Kibbitzing in the time of corona

Free Fringe Philly 2020: Sarah Knittel and Betty Smithsonian present ‘Shitty Jews’

2 minute read
Strengths of the Free Fringe: ‘Shitty Jews’ creators Sarah Knittel and Betty Smithsonian. (Image courtesy of the artists.)
Strengths of the Free Fringe: ‘Shitty Jews’ creators Sarah Knittel and Betty Smithsonian. (Image courtesy of the artists.)

It is a truth universally acknowledged that two or more Jews, in want of something more pressing to discuss, will inevitably start talking about poop. So it only made sense that the final third of Shitty Jews, the improvised Philly Free Fringe contribution from Sarah Knittel and Betty Smithsonian, would revolve around the subject.

Joined on September 10 by Australian performer and fellow Jew Debbie Zuckerman, comic and “wannabe Jew” Ryan Shaner, and the very first “Philly’s Phunniest” winner, David James, Knittel and Smithsonian acted as hosts and moderators over the course of an hour(ish) of comedic conversation devoted to three things close to many Jews’ hearts: complaining (“Kvetch Sesh”), their families (“Sacred Texts,” during which most everyone shared a text sent by one of their parents), and, yes, poop (“Talking Shit”).

A religion, an ethnicity, and a culture

So what (other than the aforementioned scatological fixation) makes Knittel and Smithsonian “shitty” Jews? It seems they, like many other American Jews, identify more strongly with the cultural aspects of Judaism—specifically “ashkenormative” Judaism—than with the religion itself. (This became clear as Knittel and Smithsonian, along with Zuckerman, struggled to remember the word “mikveh”—a Jewish ritual bath—and seemed confused when some pronounced the word for the ninth candle on a Chanukah menorah as “shamash”—the actual Hebrew word—while others used “shamus,” the Yiddish equivalent.)

It actually might have been interesting if Knittel and Smithsonian had examined their own relationship to Judaism in more detail, given that the political climate of the past four years has reopened the debate as to whether Judaism is a religion, an ethnicity, or a culture. (Answer: yes.) It would also have been interesting to learn about how Zuckerman’s experience as an Australian Jew differs from the American Jewish experience.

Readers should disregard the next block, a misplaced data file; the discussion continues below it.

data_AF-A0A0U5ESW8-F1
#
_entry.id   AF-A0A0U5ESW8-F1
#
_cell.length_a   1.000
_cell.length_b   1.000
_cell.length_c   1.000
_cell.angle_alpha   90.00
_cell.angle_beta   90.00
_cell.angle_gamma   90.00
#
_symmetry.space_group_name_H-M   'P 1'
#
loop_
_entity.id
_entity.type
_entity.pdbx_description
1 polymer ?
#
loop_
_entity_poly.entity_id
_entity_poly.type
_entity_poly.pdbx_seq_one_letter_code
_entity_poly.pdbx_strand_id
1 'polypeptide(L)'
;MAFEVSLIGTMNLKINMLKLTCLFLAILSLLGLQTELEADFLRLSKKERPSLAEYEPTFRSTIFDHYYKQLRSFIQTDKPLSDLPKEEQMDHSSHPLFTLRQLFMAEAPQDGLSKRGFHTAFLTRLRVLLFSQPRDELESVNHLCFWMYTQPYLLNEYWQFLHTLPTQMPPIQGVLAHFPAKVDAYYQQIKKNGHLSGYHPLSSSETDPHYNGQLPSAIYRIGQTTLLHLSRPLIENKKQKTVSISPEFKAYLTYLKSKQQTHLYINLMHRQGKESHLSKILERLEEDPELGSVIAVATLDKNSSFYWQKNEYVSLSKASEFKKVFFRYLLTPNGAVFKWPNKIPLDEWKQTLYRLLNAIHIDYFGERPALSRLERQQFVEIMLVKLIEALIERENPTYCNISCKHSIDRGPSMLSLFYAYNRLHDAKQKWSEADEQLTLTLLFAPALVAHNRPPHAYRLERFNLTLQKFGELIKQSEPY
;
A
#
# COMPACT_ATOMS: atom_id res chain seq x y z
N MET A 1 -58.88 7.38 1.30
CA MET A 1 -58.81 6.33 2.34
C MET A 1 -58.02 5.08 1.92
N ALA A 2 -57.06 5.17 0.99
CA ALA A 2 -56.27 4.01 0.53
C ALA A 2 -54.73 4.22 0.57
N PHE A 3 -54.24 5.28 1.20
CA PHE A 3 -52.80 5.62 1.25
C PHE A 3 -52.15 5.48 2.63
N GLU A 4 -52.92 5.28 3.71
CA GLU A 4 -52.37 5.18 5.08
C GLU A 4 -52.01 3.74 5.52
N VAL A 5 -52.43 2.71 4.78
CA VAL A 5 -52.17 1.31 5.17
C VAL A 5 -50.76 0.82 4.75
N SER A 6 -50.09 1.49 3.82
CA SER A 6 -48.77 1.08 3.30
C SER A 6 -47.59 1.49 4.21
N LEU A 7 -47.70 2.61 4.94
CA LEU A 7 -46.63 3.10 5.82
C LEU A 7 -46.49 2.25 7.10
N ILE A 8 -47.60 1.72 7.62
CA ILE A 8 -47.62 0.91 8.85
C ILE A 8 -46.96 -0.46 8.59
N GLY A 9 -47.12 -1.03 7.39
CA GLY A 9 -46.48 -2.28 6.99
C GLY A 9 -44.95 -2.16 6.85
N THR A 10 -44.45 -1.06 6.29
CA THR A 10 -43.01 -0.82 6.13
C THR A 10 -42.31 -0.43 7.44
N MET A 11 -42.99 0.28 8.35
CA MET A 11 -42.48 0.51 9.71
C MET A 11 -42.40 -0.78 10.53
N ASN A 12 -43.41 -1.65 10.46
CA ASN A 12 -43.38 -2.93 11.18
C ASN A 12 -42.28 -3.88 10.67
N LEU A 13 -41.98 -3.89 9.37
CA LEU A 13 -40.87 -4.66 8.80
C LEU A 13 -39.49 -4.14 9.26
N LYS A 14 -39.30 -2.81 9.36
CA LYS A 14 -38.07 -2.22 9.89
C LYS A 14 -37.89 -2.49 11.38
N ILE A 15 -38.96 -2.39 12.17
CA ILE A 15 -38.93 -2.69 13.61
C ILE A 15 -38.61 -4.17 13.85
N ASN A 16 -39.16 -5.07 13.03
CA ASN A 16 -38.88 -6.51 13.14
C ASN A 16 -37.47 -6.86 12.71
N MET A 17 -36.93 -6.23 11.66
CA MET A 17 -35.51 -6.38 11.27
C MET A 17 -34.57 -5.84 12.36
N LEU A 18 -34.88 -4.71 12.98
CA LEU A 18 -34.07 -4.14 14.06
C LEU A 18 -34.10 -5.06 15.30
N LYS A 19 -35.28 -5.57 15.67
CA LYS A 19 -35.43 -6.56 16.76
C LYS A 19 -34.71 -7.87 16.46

Instead—and this is an observation more than a criticism—after some opening banter, we went straight to the “Kvetch Sesh.”

An evening for everyone

Shitty Jews is very, very enjoyable, at least the evening I saw it. (Other than Knittel and Smithsonian, the participants may vary show to show.) Comedy doesn’t always work outside of a club, but sitting alone in my living room I still found myself laughing out loud a number of times, proving that the pandemic-necessitated format worked. (Well, it worked eventually. There were some technical difficulties at the beginning.) Knittel and Smithsonian did a great job of letting the conversation roam where it felt right, but also reining in their guests as needed.

You don’t need to be a Jew—shitty or not—to appreciate Shitty Jews. Because not all of the guests are Jewish, anything that might be too “inside shul” for gentiles in the audience gets explained and you’ll be able to follow along just fine. You can catch one more performance of Shitty Jews on September 25 at 8pm.

Just maybe think twice if poop jokes aren’t your thing.

Image description: Two women stand close together on a small stage, each flexing an arm in a similar pose.

What, When, Where

Shitty Jews. By Sarah Knittel, Betty Smithsonian, and friends as part of the Philly Free Fringe Festival. One more performance on September 25, 2020, at 8pm. More info here.

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